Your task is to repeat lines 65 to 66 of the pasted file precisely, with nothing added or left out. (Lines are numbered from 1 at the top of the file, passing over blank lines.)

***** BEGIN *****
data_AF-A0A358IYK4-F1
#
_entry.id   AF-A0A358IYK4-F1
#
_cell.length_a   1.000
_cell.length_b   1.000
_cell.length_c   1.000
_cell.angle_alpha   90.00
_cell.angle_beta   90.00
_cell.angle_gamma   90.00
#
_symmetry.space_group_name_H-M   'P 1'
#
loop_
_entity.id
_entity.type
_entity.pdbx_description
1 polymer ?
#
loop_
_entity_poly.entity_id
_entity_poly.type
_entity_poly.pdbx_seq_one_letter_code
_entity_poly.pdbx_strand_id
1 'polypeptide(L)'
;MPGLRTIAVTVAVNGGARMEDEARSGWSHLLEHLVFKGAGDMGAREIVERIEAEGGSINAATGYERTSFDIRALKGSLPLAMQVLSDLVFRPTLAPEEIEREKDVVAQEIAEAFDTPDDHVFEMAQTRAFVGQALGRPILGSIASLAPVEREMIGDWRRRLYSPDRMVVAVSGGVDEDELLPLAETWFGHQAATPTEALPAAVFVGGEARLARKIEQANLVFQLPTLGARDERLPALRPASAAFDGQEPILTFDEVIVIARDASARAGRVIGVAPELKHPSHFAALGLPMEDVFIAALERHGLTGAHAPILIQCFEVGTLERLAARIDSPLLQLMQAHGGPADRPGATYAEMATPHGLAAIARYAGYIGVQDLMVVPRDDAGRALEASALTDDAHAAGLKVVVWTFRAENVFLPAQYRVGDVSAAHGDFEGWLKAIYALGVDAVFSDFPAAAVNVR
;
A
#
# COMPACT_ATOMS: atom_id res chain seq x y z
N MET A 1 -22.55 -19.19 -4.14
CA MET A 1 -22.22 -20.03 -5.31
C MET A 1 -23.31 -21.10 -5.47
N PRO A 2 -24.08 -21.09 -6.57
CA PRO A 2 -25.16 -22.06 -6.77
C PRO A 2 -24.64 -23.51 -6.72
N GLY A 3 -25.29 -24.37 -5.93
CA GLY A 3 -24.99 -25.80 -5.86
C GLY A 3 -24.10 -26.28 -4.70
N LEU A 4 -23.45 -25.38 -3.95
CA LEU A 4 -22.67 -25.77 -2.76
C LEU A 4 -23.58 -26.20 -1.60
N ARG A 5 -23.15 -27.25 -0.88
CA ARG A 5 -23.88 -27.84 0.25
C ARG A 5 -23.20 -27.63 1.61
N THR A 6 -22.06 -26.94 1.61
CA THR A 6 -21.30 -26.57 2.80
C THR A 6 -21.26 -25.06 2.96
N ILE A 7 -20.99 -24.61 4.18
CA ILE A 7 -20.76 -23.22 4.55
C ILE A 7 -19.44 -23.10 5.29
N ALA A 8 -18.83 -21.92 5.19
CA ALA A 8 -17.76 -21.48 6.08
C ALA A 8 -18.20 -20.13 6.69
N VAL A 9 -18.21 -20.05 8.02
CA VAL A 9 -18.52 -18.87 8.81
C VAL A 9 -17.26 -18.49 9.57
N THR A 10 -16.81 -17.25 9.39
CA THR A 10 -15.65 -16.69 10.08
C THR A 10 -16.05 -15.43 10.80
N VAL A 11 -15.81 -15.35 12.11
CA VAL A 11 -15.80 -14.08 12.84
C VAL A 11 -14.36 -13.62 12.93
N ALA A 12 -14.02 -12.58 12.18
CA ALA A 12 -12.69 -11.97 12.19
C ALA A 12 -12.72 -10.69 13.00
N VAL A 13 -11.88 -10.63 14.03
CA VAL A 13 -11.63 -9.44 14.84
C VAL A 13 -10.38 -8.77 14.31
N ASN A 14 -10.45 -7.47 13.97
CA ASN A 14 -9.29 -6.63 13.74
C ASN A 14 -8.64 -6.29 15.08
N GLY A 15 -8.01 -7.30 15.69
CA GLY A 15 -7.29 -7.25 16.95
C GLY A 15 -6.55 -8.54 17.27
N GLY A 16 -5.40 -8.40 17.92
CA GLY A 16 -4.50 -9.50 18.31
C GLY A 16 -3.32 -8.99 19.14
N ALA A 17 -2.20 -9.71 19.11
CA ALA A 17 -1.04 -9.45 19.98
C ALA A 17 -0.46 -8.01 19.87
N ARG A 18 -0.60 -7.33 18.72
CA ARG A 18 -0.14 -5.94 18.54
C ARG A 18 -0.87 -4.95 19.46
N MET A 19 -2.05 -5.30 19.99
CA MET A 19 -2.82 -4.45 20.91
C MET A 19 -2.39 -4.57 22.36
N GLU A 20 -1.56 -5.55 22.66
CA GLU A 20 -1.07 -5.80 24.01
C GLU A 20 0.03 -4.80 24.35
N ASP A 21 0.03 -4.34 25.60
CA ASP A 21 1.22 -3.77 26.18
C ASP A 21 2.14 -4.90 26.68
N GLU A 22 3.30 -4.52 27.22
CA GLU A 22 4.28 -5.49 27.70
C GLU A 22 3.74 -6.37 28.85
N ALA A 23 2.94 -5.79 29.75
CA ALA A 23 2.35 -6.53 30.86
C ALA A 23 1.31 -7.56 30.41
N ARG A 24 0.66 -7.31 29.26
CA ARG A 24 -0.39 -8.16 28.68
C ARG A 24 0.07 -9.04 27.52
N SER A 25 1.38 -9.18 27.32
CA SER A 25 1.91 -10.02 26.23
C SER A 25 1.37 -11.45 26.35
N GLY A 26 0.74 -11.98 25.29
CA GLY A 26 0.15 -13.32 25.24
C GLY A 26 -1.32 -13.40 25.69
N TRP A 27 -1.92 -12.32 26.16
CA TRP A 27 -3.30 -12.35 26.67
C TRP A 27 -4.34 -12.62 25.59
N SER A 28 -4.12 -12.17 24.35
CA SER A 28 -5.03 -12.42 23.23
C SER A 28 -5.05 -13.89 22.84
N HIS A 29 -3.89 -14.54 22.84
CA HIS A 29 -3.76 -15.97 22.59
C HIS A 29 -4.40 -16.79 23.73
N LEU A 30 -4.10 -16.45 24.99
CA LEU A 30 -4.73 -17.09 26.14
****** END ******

CA ALA A 12 -12.69 -11.97 12.19
C ALA A 12 -12.72 -10.69 13.00